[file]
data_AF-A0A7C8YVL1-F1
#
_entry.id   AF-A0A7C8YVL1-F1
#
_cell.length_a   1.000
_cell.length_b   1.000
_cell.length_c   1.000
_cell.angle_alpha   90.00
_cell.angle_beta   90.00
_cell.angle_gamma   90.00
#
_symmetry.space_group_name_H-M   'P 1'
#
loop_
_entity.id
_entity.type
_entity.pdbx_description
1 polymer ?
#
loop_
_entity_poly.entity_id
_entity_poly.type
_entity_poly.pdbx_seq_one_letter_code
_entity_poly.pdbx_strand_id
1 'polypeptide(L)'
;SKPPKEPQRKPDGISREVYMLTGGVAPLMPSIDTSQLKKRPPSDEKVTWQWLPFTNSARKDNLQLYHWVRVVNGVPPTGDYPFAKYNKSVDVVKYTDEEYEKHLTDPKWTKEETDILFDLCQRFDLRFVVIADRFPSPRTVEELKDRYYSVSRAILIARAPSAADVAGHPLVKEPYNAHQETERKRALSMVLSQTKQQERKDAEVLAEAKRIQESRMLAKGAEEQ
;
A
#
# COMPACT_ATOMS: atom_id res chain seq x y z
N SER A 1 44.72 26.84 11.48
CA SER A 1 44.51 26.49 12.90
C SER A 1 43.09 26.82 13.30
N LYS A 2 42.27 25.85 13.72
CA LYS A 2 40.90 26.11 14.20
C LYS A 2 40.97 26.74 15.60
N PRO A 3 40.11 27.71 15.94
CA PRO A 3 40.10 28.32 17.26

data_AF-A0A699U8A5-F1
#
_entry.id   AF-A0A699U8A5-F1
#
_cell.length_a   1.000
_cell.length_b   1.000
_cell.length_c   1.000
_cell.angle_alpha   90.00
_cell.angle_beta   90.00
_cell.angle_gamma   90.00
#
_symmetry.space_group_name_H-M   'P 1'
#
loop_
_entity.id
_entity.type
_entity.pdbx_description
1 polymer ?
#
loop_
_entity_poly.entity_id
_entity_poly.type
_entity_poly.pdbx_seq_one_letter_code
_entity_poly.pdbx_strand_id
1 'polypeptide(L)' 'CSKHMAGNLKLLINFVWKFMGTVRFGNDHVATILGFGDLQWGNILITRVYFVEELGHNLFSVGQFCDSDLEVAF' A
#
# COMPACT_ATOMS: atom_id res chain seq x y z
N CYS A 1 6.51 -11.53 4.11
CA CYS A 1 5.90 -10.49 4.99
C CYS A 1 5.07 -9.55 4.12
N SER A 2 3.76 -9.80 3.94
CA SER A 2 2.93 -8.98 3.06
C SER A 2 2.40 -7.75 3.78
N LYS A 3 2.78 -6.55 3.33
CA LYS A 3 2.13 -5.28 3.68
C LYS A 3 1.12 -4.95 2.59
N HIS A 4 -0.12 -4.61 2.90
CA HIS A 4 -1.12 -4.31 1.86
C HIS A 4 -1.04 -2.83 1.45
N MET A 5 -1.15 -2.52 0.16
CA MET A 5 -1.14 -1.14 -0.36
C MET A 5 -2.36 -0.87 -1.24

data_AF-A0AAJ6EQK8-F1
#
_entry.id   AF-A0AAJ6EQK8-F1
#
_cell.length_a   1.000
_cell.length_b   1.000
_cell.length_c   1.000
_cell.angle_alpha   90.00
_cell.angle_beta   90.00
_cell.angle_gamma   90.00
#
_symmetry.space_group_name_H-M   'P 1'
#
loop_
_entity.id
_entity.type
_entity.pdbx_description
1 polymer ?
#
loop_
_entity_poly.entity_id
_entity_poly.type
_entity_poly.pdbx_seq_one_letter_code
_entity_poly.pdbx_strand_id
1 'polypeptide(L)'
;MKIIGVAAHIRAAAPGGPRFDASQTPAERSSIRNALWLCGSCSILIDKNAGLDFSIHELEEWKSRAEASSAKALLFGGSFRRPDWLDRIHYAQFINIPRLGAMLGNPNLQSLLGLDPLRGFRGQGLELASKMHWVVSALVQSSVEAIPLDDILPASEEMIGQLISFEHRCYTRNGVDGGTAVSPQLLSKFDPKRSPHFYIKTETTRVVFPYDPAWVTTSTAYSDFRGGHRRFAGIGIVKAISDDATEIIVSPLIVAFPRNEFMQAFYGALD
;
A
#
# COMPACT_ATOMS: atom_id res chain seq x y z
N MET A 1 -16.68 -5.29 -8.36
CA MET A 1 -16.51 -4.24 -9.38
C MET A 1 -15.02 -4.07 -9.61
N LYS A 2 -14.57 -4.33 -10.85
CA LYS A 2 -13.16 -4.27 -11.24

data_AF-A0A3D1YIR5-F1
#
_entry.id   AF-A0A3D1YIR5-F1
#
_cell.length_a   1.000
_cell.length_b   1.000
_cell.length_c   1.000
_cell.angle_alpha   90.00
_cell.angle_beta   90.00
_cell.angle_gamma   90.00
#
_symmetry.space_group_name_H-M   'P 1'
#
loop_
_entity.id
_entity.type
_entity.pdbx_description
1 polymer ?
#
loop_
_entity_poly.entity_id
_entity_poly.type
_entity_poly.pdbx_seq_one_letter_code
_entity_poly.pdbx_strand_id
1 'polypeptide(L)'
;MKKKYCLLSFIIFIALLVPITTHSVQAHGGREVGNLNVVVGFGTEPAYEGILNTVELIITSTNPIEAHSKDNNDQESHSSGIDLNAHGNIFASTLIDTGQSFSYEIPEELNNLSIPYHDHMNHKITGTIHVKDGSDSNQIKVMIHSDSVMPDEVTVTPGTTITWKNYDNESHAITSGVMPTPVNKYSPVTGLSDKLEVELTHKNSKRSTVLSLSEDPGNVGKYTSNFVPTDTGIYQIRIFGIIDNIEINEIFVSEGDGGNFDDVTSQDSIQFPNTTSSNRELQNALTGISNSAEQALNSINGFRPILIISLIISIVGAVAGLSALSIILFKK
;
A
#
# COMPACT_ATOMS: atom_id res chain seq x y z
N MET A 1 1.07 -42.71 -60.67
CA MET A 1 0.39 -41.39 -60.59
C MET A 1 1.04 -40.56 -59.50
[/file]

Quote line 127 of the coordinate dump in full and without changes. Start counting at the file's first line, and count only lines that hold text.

_symmetry.space_group_name_H-M   'P 1'